The word “volunteer” came from the French word voluntaire, which meant community work in the 19th century. In the U.S., women volunteered their time and efforts during the Civil War, sewing military supplies or looking after injured soldiers in hospitals with experts’ supervision when the number of injured soldiers far exceeded the number of medical staff.
The American Red Cross was founded in 1881 and began to mobilize volunteers to provide emergency assistance to the poor and victims of natural disasters.
Today, there are as many volunteers as stars in the night galaxy. And every volunteer has a story or two to tell.
This is my account of “The joy of volunteering.”
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I’ve been helping Tray, a senior in a high school on the east side of Kansas City, since 2012.
Tray was in the 10th grade two years ago in November when I first met him. His teacher informed me that Tray could read only like a second-grader and that he suffered Attention Deficit Disorder, and that the best thing to do was to use flash cards.
“Don’t expect too much from him in the beginning,” she said as she handed me a deck of flash cars each with big printed words such as bike, cake or desk. “He’s very slow!” she said.
When I sat with Tray face-to-face, a small desk between us, I couldn’t thrust those cards in front of him, because he was almost an adult. How could I ignore the fact that he might be feeling and thinking like an adult, though he could only read like a second-grader?
Tray didn’t look me in the eyes. With a bundle of tiny braids on his head, his expression told me he was ashamed of sitting in front of a stranger who was supposed to help him read better. I could almost hear him say, “I’ve been in school more than nine years, but I still can’t read. What makes you think I can read now?”
I told him earnestly, “Your teacher told me to use these cards, but I am not going to, because they will bore you death. I see you as a 16-year-old American male who wants to challenge the world, but you feel stuck, because you can’t read. I will do all I can to help you read, but you have to help me to help YOU, too, by cooperating with me. Can you do that?”
I shared my own story: I told him learning English as an adult was very difficult for me, but with the help of my American-born daughters and spending time reading and copying down sentences that I liked in books, I learned what I know today. “And I’m still learning everyday.”
For the first time he looked at me as if saying, “Are you serious?”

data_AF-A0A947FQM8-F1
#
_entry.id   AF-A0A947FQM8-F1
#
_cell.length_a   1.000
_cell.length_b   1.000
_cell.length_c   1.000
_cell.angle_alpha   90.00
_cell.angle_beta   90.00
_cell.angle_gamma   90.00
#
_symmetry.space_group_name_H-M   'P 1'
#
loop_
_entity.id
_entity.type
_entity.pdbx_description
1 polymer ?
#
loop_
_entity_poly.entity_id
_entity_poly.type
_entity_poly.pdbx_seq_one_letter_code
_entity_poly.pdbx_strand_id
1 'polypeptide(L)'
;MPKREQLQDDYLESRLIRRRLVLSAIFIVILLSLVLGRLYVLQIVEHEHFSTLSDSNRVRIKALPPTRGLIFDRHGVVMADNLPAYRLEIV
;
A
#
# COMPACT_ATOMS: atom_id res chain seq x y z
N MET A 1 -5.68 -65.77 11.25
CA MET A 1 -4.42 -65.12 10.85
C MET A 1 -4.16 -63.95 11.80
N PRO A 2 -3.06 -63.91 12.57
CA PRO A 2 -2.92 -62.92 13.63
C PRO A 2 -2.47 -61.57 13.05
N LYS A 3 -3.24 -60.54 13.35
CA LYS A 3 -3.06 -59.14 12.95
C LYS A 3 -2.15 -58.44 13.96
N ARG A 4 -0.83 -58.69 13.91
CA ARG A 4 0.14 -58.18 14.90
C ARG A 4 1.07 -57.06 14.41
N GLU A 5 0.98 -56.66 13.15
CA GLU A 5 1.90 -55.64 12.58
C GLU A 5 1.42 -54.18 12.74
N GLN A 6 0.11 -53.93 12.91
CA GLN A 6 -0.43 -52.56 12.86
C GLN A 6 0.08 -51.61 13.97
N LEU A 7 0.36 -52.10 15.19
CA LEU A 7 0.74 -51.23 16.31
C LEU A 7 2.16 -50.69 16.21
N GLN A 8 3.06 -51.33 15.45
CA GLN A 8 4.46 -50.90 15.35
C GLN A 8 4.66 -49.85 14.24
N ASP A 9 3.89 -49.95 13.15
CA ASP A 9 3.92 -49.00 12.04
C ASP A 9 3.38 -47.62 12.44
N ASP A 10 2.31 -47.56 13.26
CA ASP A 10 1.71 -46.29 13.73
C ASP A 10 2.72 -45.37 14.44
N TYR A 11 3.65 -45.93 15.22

I handed him a pencil and paper. “Please introduce yourself on this paper. Writing is an excellent tool to improve your spelling. It worked for me and I know it will work for you. Begin with: “My name is Tray, and I am a high school student who lives in Kansas City.”
He spelled his name perfectly but not the rest of the words in the sentence. We worked on “high school,” “student,” and “Kansas City.” When he mastered those words, I told him frankly that he has much catching up to do.
Some of the materials I gave him to read included Gen. Douglas MacArthur’s “Duty, Honor, Country” speech at West Point, the Rev. Martin Luther King Jr.’s “I have a Dream” speech and quotations from great philosophers and teachers, including Confucius’ “It doesn’t matter how slowly you go so long as you do not stop!”
Although he couldn’t pronounce or understand many words on the paper I gave him, the messages clicked in his mind and he began to progress. I emphasized reading, then dictating what I read to him, and making his own sentences. One of the sentences he wrote read, “Some day, I want to get a job and sport (support) my family.”
Now he has two part-time jobs while preparing for a junior college to study heating and cooling this fall. For this reason, I’m now reading manuals on this subject, and I already know quite a bit about it. For instance: HVAC is not a brand name of vacuum cleaners but Heating, Ventilation and Air-conditioning. What’s SEER? It has nothing to do with deer; it’s Seasonal Energy Efficiency Ratio.
“We’re so proud of Tray, Mrs. Park!” a teacher greeted me with a big smile a few days ago. I had not been at school for months but I knew what she meant. “You pulled a man out of Tray,” she said, adding that he’s very serious about doing well on every subject.
I didn’t tell her this but I know Tray will be a perfect advocate for students struggling with ADD with the motto: “It doesn’t matter how slowly you go so long as you do not stop!”
The fun part of volunteering is that you always feel good about yourself at the end of the day.
Retired musician and freelance columnist Therese Park has written three novels about Korea’s modern history.